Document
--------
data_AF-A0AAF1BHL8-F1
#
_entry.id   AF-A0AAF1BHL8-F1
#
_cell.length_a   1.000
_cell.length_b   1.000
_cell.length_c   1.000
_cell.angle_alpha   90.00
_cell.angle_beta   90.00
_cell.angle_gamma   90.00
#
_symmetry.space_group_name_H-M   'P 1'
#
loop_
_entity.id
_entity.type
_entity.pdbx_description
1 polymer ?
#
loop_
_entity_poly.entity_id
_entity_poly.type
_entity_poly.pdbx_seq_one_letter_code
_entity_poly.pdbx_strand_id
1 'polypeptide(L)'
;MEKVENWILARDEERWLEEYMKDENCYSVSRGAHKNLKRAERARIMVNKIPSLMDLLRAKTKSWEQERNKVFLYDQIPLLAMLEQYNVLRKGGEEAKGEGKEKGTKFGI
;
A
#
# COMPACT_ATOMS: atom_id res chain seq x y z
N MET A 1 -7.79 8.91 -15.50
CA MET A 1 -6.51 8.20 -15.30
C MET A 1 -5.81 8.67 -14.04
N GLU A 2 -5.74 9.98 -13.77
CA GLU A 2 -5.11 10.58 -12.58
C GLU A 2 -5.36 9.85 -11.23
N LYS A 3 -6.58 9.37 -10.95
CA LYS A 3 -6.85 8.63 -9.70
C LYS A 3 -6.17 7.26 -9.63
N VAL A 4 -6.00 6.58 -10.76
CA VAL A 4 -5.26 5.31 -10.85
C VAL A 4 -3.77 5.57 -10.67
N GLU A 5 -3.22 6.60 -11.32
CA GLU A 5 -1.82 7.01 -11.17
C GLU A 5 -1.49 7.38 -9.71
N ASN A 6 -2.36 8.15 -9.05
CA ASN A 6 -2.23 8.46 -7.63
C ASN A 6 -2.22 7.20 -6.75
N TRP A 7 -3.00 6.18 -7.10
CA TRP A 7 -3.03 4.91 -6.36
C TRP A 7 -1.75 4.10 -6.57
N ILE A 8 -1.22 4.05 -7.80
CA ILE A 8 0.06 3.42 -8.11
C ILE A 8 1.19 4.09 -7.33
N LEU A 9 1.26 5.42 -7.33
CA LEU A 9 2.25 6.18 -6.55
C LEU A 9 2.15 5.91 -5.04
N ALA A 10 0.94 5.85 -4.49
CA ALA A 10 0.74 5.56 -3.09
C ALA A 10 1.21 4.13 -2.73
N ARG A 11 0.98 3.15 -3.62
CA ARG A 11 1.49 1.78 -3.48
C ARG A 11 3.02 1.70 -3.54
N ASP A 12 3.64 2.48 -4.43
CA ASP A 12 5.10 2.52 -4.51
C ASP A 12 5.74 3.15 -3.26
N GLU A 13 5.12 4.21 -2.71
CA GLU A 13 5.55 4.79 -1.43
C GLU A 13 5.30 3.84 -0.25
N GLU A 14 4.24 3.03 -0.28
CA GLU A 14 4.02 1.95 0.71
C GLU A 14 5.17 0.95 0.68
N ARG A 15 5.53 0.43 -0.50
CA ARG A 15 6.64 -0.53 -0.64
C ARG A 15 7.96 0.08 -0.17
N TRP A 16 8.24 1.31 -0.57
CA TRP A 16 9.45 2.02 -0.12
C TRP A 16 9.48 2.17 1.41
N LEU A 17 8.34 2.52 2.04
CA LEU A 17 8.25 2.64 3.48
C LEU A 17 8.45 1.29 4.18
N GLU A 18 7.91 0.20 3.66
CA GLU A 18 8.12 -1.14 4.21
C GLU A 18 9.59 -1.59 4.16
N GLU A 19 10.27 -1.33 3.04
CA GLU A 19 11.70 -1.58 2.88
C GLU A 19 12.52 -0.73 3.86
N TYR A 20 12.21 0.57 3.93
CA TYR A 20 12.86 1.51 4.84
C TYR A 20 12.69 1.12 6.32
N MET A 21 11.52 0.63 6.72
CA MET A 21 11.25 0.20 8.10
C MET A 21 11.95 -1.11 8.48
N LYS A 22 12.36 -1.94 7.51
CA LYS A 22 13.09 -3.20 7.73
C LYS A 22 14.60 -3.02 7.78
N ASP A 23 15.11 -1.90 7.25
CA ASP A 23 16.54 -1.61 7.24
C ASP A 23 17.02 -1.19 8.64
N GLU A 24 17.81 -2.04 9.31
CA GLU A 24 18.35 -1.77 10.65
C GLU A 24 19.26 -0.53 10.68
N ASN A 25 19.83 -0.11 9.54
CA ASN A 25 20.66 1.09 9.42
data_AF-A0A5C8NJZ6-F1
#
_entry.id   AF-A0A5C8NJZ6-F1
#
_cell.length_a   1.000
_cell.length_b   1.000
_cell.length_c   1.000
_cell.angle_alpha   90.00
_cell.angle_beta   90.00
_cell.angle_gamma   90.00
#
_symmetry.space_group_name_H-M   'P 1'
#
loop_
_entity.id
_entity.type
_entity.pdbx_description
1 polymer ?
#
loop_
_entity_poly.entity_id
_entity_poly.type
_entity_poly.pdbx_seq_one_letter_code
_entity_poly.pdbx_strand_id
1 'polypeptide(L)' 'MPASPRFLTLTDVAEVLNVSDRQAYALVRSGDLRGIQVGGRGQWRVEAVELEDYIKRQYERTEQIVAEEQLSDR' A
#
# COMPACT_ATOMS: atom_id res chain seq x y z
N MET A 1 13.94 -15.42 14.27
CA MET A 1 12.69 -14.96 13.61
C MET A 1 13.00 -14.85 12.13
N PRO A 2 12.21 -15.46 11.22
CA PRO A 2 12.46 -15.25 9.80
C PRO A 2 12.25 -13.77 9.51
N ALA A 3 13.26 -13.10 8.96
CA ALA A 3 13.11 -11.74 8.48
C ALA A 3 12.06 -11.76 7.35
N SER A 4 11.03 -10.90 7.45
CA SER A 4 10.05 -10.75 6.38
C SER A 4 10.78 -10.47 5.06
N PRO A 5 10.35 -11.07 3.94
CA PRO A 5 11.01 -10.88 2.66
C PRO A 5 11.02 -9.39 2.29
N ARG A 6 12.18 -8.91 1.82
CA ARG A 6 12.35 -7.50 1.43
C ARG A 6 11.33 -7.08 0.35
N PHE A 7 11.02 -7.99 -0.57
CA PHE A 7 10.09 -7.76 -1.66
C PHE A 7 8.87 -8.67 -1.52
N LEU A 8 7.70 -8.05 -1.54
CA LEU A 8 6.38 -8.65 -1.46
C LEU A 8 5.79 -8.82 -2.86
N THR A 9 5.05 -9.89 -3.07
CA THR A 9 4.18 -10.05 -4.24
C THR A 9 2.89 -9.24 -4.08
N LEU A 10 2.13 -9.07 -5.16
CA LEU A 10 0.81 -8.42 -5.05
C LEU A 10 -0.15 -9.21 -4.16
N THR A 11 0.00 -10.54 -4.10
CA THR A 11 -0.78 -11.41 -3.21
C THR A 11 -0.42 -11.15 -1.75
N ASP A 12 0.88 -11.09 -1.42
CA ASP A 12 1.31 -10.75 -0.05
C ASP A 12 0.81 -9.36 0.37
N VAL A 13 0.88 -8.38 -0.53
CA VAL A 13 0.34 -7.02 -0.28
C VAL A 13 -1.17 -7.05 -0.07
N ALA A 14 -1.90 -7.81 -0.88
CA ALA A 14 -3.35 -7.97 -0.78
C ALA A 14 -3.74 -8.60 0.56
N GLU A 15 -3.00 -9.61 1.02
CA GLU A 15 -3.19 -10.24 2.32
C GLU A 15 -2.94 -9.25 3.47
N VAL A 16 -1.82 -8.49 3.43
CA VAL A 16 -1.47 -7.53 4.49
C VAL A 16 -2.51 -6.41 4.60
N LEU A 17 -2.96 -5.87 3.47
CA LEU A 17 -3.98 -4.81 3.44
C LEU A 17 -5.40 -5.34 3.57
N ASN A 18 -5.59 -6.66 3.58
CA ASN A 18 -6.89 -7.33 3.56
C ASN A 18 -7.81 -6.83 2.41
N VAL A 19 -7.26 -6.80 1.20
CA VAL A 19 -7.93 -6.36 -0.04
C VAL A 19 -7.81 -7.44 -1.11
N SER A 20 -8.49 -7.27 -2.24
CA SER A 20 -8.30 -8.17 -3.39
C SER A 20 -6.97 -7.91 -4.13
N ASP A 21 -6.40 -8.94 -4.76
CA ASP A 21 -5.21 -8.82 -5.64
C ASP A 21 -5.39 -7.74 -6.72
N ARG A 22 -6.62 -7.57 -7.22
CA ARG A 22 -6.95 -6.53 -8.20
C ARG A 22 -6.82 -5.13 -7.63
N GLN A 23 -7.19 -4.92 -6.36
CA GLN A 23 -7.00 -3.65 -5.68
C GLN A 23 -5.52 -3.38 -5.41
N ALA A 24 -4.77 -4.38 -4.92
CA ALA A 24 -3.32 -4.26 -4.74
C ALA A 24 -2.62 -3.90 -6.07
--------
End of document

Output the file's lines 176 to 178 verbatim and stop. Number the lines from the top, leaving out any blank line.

C GLU A 15 -2.94 -9.25 3.47
N VAL A 16 -1.82 -8.49 3.43
CA VAL A 16 -1.47 -7.53 4.49